Bernal History Project

Bernal Heights is a hilltop village, tucked away in the southern part of San Francisco. Freeways and urban thoroughfares now bound a neighborhood once defined by the swamps and creeks of the original Mexican land grant. From the 1860s legend of Widow O'Brien's cow to the current fight over the preservation of the branch library's murals, residents have tirelessly guarded and recorded their environment. Bernal is diverse, vibrant, and still evolving.


Bernal Heights from 26th and Fair Oaks 1921 - David Gallagher

This site aims to provide a solid basis in researching the neighborhood. Browse the links, subscribe to our newsletter, and contact us if you want to know more about anything Bernal-related not shown here.

Historic Bernal News
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  • Sad Climax Of A Series Of Misfortunes In A Family June 6, 1898 San Francisco Chronicle
    Six Children Are Left Motherless and in Need of Many of the Necessaries of Life.

    Mrs. Catherine Chessman who was so seriously scalded last Friday, died yesterday in the County Hospital. For two years past the family of E.E. Chessman have struggled along at their home at 101 Wool street on Bernal Heights, the father, a shoemaker by occupation, obtaining occasional jobs from which he received barely enough to purchase the absolute necessities for his wife and six children. They were held in high esteem by their neighbors and many times would have been assisted by some kindly friend, but, though poor, their sturdy American pride would not admit of accepting anything that savored of charity.

    On Tuesday last Mr. Chessman obtained work that promised to be permanent and the future looked brighter in the little home than it had for many months. The hard fate which had so long pursued them was still hovering near, however, for on Friday, about noon, as she was engaged in attending to the family washing Mrs. Chessman attempted to lift a boiler full of scalding water from the kitchen stove. As she stepped backward holding the boiler before her she caught her heel in a defective place in the floor and fell, striking on the back of her head, the boiling water pouring over her.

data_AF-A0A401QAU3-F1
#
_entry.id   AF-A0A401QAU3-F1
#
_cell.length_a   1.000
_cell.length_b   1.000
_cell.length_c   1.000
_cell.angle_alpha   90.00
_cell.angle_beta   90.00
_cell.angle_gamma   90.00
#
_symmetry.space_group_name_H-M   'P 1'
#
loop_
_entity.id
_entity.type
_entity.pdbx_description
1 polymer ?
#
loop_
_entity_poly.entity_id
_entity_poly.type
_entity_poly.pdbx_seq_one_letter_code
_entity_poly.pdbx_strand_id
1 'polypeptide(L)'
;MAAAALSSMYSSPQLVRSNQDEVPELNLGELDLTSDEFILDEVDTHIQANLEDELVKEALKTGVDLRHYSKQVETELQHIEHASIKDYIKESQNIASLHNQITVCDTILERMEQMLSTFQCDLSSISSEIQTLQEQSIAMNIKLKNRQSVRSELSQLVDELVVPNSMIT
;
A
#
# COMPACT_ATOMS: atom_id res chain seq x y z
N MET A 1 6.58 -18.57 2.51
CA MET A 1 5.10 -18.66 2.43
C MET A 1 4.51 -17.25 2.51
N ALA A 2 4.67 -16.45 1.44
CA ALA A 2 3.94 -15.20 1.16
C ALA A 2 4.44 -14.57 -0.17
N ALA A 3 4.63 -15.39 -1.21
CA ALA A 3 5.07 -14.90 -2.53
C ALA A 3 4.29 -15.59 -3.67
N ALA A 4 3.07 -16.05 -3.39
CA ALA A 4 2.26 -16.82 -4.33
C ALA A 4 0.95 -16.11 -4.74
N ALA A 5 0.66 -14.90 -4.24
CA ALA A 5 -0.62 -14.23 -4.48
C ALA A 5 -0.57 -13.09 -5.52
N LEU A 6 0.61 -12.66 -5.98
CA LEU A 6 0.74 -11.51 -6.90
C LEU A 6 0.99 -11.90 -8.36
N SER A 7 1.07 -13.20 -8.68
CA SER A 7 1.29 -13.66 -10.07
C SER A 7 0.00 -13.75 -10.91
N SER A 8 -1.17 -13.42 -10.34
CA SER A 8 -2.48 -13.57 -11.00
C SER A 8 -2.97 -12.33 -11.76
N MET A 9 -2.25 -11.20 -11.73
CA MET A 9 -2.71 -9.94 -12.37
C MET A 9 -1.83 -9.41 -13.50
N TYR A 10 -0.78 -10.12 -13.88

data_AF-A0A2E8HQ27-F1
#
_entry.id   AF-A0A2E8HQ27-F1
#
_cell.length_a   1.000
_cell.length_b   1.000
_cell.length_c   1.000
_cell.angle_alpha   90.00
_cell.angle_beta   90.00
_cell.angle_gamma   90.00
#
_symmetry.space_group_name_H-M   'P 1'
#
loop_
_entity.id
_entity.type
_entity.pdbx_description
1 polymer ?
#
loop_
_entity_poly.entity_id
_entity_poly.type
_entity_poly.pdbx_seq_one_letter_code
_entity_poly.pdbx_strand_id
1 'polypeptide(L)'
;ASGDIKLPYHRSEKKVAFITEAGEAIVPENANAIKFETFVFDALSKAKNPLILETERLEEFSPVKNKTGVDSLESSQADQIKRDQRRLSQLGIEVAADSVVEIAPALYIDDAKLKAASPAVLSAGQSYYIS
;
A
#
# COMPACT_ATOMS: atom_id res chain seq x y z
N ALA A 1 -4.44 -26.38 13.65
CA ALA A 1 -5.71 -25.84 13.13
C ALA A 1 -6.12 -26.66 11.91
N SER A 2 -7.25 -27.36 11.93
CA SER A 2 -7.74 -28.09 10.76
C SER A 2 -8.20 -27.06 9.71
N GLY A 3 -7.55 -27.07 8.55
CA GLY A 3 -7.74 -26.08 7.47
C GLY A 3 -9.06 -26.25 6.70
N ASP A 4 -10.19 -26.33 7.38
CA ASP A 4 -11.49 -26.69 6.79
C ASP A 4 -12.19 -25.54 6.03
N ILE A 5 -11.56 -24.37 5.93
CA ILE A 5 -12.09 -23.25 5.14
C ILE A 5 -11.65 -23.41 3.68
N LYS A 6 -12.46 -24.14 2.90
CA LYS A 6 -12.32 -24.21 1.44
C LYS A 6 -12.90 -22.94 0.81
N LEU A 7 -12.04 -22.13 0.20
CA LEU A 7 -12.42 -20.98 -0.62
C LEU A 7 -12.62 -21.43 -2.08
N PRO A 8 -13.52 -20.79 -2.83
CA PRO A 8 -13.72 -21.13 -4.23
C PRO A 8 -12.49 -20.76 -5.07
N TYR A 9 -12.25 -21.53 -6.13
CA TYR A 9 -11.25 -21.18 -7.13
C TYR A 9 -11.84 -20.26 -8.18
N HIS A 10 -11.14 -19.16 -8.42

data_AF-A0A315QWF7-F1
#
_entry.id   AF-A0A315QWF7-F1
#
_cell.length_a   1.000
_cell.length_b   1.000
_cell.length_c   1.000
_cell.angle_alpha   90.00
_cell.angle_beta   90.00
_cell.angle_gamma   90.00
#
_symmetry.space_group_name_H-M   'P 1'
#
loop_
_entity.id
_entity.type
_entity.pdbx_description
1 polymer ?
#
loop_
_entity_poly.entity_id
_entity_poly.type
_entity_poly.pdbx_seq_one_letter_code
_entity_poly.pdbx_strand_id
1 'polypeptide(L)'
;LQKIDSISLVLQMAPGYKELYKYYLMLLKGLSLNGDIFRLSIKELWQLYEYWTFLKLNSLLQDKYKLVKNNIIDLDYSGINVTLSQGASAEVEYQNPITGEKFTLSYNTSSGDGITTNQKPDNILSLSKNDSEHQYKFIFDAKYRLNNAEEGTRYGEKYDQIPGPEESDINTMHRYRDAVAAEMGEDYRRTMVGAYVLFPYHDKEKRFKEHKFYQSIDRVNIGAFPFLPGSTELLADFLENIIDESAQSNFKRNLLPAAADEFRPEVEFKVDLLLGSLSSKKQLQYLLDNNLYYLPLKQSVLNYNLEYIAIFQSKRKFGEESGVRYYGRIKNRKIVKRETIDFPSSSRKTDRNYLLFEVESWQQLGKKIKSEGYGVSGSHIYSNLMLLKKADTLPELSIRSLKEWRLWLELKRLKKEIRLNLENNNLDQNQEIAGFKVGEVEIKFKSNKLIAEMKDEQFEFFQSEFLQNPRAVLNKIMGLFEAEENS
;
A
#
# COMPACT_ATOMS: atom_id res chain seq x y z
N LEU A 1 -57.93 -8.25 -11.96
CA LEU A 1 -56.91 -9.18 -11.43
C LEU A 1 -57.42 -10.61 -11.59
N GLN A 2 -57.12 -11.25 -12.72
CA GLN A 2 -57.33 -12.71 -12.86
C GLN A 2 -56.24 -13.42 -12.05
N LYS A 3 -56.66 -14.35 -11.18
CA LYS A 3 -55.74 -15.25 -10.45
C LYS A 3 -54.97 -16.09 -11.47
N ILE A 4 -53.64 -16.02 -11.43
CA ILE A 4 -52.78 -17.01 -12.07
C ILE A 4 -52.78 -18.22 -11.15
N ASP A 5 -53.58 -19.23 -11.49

In an agony of pain she struggled to her feet and screamed for her nearest neighbor, who came hurrying to her assistance. The lady was unable to alone render much assistance and was compelled to call in others, with whose help she removed the clothing of the sufferer and did all possible to ease the pain.

    About 1:30 o'clock a physician was sent for, who dressed the wounds, and toward evening telephoned for an ambulance, in which Mrs. Chessman was taken to the Receiving Hospital, arriving there at 8:45 p.m. Dr. Prentice attended the case at the hospital, and the next morning at 11 o'clock had the patient sent to the City and County Hospital, where for a time she seemed to be easier, but yesterday at noon she died from the effect of the burns she received Friday.

    Mrs. Catherine Chessman was a native of New York and about 45 years of age. She leaves six children, the youngest of whom is but 4 and the eldest a girl of 17 years of age. An inquest has been waived.

    The neighbors, as well as Father Brady of St. Mary's, have done all they can to assist the family since the accident, but the plight of the half-crazed father and motherless children is pitiful, and the desperate financial straits to which they have been reduced through the father's long enforced idleness is apparent.